Hahn Highlights: Repaired Elk Antler Hoe
Posted On: 06/27/2018 - 3:06pm, Posted By: Tyler Swinney, NAGPRA Coordinator and Tribal Liaison
Welcome to the eleventh installment of Archaeology Collections’ long-term blog series: Hahn Highlights!
Today we have another interesting artifact recovered during Cincinnati Museum Center’s Archaeology Field School at the Hahn Site: a repaired elk antler hoe discovered in Feature 385B, a densely stratified Late Fort Ancient (AD 1400-1650) refuse-filled pit on the northeastern periphery of the site.
Bone is among the most ubiquitous artifact classes recovered from Late Prehistoric archaeological sites in the Cincinnati area. Usually encountered as discarded food refuse, concentrations of burned and unburned animal bone can be studied to better understand past human behavior and what prehistoric environments may have been like. That is, not only can examination of ancient animal bone inform knowledge of prehistoric diets and what elements were used to manufacture everyday tools, but can also provide important information about prehistoric environments, such as: biodiversity, climatic fluctuation, and even extinction. Although concentrations of animal bone are common, albeit often understudied, complete bone tools are somewhat rare at Late Prehistoric sites in the Cincinnati area.
In the American Midwest, most prehistoric bone tools were made from antler or the bones of terrestrial animals. Bone was not only readily available and easy to work (for those experienced in the art), but is also elastic and malleable. These characteristics indicate that bone tools are unique in that they are naturally durable, yet fairly resistant to impact and mechanical damage. However, it is important to note that, in general, bone tools are restricted by the original shape of the unmodified bone from which the tool was made and that some bones, such as vertebrae, are not particularly useful. Another important caveat relates to antler, which has similar characteristics to bone, but is an annual growth that, in the Cincinnati area, is (or was) produced only by male deer and elk. Furthermore, the size of the antlers produced by elk and deer is also related to the animal’s age, genetics, and food consumption. Hence, suitable antlers, although available, would likely have been more difficult to acquire than most other bones.
The elk antler hoe pictured above was made from the subtriangular section of a very large elk and measures roughly 20 centimeters (8 inches) in length. Shaped by scraping and abrasion, it has a maximum width of approximately 11 centimeters (4 inches) and a thickness that varies between 6 and 10 millimeters (0.2 and 0.4 inches). To aid in hafting, the proximal end (the constricting side) is not only notched, but is also heavily abraded to remove rough surfaces. There is also a large drill hole, measuring 15 millimeters (0.6 inches) in width, near the center of the artifact. Interestingly, at some point this elk antler hoe was broken and repaired. To mitigate a large crack, two holes were drilled, one on each side of the crack, and the two halves were lashed together. Significant wear and polish is observed in the crack and around the diameter of the two drilled repair holes, suggesting that this elk antler hoe experienced a substantial amount of use after being repaired.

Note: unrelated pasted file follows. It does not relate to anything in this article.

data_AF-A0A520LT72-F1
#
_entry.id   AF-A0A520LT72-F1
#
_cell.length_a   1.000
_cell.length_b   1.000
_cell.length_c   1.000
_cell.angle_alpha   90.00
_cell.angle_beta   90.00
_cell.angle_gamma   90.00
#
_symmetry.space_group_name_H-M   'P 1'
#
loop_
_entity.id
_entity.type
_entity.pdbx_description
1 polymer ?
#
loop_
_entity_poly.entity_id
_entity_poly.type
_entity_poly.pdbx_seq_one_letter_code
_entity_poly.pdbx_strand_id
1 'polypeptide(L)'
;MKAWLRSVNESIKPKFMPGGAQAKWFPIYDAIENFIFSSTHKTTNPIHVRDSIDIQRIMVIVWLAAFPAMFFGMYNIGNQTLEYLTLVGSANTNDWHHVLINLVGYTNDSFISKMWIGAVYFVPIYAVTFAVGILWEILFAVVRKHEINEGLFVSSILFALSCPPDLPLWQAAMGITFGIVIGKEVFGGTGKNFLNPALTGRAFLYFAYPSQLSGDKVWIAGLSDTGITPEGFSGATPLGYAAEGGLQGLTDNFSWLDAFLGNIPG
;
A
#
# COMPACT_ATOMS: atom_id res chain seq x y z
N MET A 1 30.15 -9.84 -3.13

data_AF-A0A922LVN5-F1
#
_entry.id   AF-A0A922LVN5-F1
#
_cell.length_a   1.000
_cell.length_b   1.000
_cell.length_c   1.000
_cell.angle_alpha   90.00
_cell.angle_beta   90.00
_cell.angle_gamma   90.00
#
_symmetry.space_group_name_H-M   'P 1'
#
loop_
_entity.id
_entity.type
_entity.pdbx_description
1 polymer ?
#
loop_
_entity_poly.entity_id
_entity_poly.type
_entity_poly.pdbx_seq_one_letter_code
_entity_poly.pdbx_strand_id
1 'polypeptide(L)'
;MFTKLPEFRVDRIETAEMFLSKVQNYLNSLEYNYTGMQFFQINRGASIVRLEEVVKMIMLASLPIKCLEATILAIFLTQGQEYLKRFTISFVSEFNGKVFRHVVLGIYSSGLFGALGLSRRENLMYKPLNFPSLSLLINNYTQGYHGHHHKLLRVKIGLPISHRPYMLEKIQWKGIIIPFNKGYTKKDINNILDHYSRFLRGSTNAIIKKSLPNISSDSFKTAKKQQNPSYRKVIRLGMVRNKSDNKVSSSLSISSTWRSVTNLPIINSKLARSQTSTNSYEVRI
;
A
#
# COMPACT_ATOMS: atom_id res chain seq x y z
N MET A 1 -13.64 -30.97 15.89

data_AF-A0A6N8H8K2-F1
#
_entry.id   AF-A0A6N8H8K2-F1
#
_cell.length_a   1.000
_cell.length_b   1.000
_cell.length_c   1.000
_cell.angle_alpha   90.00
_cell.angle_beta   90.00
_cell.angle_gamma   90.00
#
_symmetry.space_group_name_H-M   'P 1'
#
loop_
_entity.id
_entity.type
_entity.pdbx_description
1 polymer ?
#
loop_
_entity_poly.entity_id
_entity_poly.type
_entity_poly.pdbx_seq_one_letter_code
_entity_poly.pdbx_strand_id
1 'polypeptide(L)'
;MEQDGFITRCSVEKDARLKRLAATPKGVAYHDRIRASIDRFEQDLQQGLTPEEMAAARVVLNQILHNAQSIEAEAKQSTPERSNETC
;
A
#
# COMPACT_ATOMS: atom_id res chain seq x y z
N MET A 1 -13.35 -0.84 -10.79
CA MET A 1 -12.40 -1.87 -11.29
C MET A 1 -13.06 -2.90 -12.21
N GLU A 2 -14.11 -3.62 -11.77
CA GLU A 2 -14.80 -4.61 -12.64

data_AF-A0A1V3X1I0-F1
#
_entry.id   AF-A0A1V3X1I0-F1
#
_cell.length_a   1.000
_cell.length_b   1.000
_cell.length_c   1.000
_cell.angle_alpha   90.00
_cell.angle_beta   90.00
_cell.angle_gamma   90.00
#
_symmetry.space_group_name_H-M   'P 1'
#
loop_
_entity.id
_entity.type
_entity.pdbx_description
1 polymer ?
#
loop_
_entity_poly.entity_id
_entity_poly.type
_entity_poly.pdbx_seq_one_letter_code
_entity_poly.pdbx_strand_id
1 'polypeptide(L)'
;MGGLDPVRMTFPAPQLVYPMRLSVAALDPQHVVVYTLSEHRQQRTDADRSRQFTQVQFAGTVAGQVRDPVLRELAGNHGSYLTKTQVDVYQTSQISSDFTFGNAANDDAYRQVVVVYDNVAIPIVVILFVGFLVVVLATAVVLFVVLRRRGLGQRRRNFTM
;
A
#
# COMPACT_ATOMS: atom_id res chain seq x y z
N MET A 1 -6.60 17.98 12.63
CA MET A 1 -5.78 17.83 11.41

The exact steps taken to make an elk antler hoe are not well known. However, ethnohistoric and experimental evidence help fill in some of the gaps of the manufacturing process. For instance, archaeologists know that after acquiring a suitable elk antler, the first step would require softening the antler to make it more pliable. Softening would have been accomplished though soaking the antler in boiling water or by steaming. Because antler becomes brittle when dry, softening would likely have occurred several times during manufacture. Archaeologists are also aware that removal of excess material was necessary and would have likely been accomplished through scoring and snapping. Scoring involves using a flint blade to cut around the diameter of the antler to a depth of perhaps as much as ¼ inch. Once scored, the antler could be reduced to more manageable pieces by applying pressure and/or percussion along the scored, or weakened, portions of the elk antler. Finally, the techniques used to finish an elk antler hoe involved abrading the antler into its final dimensions. By using coarse sedimentary stone, such as sandstone, the elk antler could be reduced to its desired thickness and the bit (digging side) could be formed and beveled. Once the final dimensions had been achieved, hafting aides, such as the large drill hole near the center and the notches on the proximal end, could be added.
What is unknown about the manufacturing process of elk antler hoes is how much the antler could be modified though boiling or steaming. That is, the size of the elk antler hoe pictured above is extremely large and may have been expanded and flattened through some unknown technique. This would have involved “unwrapping” the cylindrical antler and flattening it to increase surface area. What do you think? Could this unusually large elk antler hoe, and others in CMC archaeology collections, have been flattened or altered by Fort Ancient people using some form of steaming or boiling technology?